A cowboy makes no apologies for being a man. Even in the midst of a society that has devalued masculinity, a cowboy remains masculine. He recognizes that it’s in a woman’s nature to test him and make sure he won’t break… make sure he has the strength to be her man. (Forgive us. We don’t even know we do it sometimes.) Men are naturally more inclined to be competitive, to enjoy sports or the great outdoors or whatever their particular “thing” might be. A cowboy embraces what’s in his nature, pursues his interests and desires, and is a better husband, father, friend because of it.

A cowboy is prepared physically, mentally, and spiritually to fight for what is right. That means he protects his family, stands up for what he believes in, and fights for his country if necessary. And he takes the steps necessary to make sure that he can.

A cowboy is humble. He recognizes that even if he has spent a lifetime working tirelessly toward his goals, he is still thankful for his health and good fortune. He doesn’t look down on others and doesn’t forget to count his blessings.

A cowboy has quiet strength. I’ve found that the strongest of men are sometimes the ones you’d least expect. That’s because they’re humble (see above). And you only learn how strong they are when they are tested. You learn just how much of a rock a man is when you push on him, attempting to move him. A cowboy will allow you to push, but when you reach his limits, you’ll be stopped in your tracks and no amount of pushing will budge him. The loud one in a room… the boastful one… is not a cowboy.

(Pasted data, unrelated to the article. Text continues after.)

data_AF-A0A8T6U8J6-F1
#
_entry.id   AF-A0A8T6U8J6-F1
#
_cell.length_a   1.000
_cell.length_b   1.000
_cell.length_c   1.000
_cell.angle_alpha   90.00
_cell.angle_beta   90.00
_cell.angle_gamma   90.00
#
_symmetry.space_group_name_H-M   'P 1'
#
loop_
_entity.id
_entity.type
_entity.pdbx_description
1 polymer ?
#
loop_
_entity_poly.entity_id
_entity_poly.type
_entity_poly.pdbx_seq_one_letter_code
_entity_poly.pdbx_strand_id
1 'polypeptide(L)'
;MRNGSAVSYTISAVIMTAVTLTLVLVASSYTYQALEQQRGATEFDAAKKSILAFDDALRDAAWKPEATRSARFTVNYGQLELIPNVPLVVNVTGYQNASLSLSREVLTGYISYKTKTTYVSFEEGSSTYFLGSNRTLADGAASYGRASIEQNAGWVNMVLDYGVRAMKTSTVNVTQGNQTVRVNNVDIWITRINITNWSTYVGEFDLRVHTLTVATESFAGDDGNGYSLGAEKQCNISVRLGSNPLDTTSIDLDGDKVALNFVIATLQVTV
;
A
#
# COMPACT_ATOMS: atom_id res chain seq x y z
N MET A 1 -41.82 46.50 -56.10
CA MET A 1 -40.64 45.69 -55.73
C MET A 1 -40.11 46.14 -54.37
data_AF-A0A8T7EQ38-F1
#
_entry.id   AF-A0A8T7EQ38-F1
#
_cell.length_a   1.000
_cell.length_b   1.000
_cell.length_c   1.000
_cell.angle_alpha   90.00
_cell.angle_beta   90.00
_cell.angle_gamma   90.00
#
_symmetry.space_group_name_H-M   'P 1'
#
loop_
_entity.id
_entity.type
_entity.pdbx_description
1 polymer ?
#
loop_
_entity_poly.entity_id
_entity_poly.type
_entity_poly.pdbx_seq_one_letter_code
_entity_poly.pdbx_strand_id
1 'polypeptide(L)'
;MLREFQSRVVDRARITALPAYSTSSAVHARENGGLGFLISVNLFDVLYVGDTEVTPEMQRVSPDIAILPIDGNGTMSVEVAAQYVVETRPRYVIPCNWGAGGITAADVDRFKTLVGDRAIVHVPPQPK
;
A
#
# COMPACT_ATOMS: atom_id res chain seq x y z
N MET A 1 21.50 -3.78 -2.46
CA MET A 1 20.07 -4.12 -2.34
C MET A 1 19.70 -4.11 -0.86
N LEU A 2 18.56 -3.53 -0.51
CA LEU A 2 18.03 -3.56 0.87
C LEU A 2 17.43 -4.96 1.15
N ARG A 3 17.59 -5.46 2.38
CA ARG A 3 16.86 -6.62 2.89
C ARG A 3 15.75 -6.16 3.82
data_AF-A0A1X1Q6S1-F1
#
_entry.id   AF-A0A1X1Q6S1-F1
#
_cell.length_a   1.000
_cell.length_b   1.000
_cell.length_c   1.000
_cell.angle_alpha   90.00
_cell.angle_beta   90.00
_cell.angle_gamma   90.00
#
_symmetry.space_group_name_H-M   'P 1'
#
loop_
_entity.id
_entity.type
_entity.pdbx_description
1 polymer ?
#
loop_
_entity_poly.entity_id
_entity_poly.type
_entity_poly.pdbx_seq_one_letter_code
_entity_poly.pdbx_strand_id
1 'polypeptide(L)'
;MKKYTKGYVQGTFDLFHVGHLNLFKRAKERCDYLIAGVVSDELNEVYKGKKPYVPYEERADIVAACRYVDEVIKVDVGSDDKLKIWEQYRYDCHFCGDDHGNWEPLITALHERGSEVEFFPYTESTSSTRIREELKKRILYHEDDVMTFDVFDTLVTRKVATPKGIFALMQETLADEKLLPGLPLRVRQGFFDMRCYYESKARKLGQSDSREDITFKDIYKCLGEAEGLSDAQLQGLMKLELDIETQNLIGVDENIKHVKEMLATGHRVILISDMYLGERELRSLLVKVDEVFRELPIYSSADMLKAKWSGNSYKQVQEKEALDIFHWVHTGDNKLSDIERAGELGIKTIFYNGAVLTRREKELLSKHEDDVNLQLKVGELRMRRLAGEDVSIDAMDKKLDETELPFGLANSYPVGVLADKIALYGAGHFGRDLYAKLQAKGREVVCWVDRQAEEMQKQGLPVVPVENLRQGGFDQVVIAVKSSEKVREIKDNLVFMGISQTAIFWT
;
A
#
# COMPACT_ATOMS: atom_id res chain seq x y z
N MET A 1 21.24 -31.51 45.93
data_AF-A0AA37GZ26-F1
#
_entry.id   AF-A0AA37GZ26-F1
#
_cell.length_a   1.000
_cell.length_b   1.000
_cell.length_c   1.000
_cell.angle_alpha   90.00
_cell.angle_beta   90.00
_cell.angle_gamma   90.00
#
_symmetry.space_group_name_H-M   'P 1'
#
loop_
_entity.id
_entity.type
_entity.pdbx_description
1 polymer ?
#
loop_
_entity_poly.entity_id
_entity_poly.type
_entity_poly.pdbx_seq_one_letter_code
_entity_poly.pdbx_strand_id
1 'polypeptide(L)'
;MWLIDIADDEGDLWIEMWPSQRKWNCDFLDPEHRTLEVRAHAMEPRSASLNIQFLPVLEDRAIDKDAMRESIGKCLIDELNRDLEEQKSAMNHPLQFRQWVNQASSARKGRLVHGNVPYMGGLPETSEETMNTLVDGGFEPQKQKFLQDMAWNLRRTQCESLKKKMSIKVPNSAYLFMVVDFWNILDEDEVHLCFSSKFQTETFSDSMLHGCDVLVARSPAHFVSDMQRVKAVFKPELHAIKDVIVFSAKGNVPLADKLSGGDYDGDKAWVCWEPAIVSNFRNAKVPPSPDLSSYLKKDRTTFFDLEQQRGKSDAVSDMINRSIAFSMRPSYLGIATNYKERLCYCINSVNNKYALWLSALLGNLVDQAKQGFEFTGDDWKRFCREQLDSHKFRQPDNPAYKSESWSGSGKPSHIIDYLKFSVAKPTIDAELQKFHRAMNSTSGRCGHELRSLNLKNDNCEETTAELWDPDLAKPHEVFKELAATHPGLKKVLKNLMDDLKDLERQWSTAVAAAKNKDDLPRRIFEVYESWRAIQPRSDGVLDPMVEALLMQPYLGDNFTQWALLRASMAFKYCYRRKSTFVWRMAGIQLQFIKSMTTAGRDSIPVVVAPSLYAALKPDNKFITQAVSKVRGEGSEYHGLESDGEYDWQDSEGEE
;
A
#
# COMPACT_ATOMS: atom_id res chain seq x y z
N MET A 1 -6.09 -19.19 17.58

Lastly, a cowboy has courage. Winston Churchill said “courage is rightly esteemed the first of human qualities… because it is the quality which guarantees all others.” Without courage, a person cannot hold themselves to any of the standards listed above, because inevitably his convictions will be tested. Courage will be required to stay the path, to uphold his code, to fight for his beliefs, and to withstand pain because sometimes life delivers pain. To recognize your own faults and correct them requires courage. Even to love requires a great deal of courage. A cowboy has enough of it.

So there you have it. The man I seek is a cowboy, not by occupation or dress, but by the qualities I’ve listed. I’ve been disappointed by the lack of cowboys in my generation, but once in a great while, one will appear. He might be a business owner, a salesman, a construction worker, an accountant, or a pilot. But regardless of how he looks on the outside, he’s saddling up and riding for the brand… a true cowboy at heart.

Bravo to all of you who are.

My grandfather and his brothers, the Blair boys. Their parents are on the left.